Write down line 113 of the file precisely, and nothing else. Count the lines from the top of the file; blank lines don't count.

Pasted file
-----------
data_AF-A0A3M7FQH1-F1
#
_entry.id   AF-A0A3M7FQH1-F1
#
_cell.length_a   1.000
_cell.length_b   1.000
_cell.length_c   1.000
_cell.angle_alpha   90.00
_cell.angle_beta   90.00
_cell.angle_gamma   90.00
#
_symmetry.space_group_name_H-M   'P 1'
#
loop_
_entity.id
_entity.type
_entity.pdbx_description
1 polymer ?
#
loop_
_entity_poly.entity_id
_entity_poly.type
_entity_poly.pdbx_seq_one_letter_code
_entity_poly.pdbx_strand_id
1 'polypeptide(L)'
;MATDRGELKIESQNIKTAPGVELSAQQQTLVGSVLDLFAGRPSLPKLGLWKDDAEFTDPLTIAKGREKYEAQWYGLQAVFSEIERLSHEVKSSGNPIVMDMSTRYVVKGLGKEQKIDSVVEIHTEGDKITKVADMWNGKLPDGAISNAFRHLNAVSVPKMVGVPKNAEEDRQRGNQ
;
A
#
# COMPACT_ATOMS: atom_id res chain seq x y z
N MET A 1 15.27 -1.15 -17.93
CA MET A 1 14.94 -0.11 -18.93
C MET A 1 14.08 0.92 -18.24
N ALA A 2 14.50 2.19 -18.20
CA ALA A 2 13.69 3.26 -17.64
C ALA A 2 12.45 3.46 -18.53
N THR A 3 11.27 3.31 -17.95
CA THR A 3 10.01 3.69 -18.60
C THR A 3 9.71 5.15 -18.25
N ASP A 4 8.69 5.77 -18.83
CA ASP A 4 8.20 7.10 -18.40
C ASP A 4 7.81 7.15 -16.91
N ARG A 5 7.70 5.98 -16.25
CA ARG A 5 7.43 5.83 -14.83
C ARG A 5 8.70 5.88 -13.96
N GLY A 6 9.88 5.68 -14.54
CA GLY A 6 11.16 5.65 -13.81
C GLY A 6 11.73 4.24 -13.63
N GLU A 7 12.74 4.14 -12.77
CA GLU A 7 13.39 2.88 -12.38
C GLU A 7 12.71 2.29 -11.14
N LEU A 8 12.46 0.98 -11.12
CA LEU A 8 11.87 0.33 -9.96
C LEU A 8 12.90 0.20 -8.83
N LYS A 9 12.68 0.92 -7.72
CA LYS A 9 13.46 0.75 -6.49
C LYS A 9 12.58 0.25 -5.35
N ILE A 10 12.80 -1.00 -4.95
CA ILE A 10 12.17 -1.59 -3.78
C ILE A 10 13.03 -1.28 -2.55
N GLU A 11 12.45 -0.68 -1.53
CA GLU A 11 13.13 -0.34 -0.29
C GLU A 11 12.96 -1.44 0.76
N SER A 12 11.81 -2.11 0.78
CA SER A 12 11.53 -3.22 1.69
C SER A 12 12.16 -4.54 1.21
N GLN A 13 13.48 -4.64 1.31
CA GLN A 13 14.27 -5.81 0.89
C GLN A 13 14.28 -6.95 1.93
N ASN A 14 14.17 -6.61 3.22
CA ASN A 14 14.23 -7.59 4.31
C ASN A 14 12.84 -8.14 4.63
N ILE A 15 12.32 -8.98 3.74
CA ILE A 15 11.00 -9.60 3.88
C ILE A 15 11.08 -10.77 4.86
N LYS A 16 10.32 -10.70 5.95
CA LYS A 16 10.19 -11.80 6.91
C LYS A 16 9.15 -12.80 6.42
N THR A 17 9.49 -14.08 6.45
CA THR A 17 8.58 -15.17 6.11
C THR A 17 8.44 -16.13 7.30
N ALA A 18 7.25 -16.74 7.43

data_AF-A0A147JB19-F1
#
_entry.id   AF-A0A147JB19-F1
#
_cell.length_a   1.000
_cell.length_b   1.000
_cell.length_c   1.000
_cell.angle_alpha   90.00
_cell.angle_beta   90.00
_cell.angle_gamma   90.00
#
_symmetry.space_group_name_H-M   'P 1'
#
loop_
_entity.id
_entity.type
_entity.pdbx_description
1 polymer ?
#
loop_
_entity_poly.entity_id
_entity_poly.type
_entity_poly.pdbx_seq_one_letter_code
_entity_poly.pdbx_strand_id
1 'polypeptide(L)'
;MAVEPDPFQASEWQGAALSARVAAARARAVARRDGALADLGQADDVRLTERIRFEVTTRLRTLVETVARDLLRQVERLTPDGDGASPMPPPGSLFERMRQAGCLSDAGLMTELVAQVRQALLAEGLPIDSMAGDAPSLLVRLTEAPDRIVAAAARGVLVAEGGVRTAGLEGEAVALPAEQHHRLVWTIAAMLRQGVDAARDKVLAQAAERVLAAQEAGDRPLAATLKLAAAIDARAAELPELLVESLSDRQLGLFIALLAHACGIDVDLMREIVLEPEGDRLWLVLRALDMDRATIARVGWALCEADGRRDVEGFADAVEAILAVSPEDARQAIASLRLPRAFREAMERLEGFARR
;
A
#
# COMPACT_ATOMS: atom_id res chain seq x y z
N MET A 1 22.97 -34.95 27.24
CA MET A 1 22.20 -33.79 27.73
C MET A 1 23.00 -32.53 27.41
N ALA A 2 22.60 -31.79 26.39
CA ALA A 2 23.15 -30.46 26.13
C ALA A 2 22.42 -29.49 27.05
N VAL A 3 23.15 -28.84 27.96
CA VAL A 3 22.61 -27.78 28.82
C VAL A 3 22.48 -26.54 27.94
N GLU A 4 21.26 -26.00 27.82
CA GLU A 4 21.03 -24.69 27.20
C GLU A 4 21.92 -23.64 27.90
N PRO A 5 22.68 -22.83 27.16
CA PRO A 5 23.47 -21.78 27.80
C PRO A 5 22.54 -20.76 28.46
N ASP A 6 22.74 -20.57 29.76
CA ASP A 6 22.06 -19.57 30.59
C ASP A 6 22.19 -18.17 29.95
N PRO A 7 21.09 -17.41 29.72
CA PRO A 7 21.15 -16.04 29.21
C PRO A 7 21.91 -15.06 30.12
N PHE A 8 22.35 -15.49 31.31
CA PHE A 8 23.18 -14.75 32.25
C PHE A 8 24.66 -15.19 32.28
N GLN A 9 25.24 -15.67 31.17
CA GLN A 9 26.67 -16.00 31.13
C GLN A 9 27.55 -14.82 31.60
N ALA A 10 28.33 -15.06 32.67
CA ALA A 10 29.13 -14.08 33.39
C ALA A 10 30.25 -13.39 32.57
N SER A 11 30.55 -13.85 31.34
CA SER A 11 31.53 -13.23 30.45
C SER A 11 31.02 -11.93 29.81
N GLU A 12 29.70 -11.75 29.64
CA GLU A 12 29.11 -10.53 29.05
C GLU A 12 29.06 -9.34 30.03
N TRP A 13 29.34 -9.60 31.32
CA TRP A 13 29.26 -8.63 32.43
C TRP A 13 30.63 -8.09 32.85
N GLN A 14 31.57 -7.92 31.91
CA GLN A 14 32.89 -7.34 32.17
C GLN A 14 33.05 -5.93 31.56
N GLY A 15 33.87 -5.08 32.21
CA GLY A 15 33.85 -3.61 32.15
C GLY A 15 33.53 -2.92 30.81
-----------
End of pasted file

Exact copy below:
N MET A 1 22.97 -34.95 27.24